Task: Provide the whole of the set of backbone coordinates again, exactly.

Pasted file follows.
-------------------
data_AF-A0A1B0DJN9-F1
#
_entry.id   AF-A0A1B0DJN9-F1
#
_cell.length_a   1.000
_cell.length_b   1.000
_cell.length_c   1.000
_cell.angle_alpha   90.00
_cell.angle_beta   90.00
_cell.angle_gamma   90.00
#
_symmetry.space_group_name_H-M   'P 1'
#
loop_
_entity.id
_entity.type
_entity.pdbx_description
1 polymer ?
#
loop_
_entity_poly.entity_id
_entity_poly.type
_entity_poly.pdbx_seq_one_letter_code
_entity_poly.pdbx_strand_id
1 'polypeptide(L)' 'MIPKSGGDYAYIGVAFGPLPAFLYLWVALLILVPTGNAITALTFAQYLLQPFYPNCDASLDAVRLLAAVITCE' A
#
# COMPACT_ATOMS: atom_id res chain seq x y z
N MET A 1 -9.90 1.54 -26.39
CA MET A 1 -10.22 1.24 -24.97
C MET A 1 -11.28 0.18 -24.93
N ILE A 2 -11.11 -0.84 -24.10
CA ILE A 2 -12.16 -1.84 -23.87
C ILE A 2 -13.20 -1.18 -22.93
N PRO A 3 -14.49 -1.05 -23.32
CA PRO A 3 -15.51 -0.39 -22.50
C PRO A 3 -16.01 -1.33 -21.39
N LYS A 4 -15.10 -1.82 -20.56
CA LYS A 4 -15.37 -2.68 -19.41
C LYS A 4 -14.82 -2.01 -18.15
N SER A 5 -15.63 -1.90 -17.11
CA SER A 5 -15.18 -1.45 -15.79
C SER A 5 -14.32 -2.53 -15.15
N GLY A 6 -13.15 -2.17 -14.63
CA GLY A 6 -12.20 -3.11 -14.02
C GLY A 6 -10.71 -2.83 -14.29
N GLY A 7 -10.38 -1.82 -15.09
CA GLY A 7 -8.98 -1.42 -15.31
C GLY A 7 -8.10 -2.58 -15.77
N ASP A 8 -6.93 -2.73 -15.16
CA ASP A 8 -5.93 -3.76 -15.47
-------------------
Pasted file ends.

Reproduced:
data_AF-A0A1B0DJN9-F1
#
_entry.id   AF-A0A1B0DJN9-F1
#
_cell.length_a   1.000
_cell.length_b   1.000
_cell.length_c   1.000
_cell.angle_alpha   90.00
_cell.angle_beta   90.00
_cell.angle_gamma   90.00
#
_symmetry.space_group_name_H-M   'P 1'
#
loop_
_entity.id
_entity.type
_entity.pdbx_description
1 polymer ?
#
loop_
_entity_poly.entity_id
_entity_poly.type
_entity_poly.pdbx_seq_one_letter_code
_entity_poly.pdbx_strand_id
1 'polypeptide(L)' 'MIPKSGGDYAYIGVAFGPLPAFLYLWVALLILVPTGNAITALTFAQYLLQPFYPNCDASLDAVRLLAAVITCE' A
#
# COMPACT_ATOMS: atom_id res chain seq x y z
N MET A 1 -9.90 1.54 -26.39
CA MET A 1 -10.22 1.24 -24.97
C MET A 1 -11.28 0.18 -24.93
N ILE A 2 -11.11 -0.84 -24.10
CA ILE A 2 -12.16 -1.84 -23.87
C ILE A 2 -13.20 -1.18 -22.93
N PRO A 3 -14.49 -1.05 -23.32
CA PRO A 3 -15.51 -0.39 -22.50
C PRO A 3 -16.01 -1.33 -21.39
N LYS A 4 -15.10 -1.82 -20.56
CA LYS A 4 -15.37 -2.68 -19.41
C LYS A 4 -14.82 -2.01 -18.15
N SER A 5 -15.63 -1.90 -17.11
CA SER A 5 -15.18 -1.45 -15.79
C SER A 5 -14.32 -2.53 -15.15
N GLY A 6 -13.15 -2.17 -14.63
CA GLY A 6 -12.20 -3.11 -14.02
C GLY A 6 -10.71 -2.83 -14.29
N GLY A 7 -10.38 -1.82 -15.09
CA GLY A 7 -8.98 -1.42 -15.31
C GLY A 7 -8.10 -2.58 -15.77
N ASP A 8 -6.93 -2.73 -15.16
CA ASP A 8 -5.93 -3.76 -15.47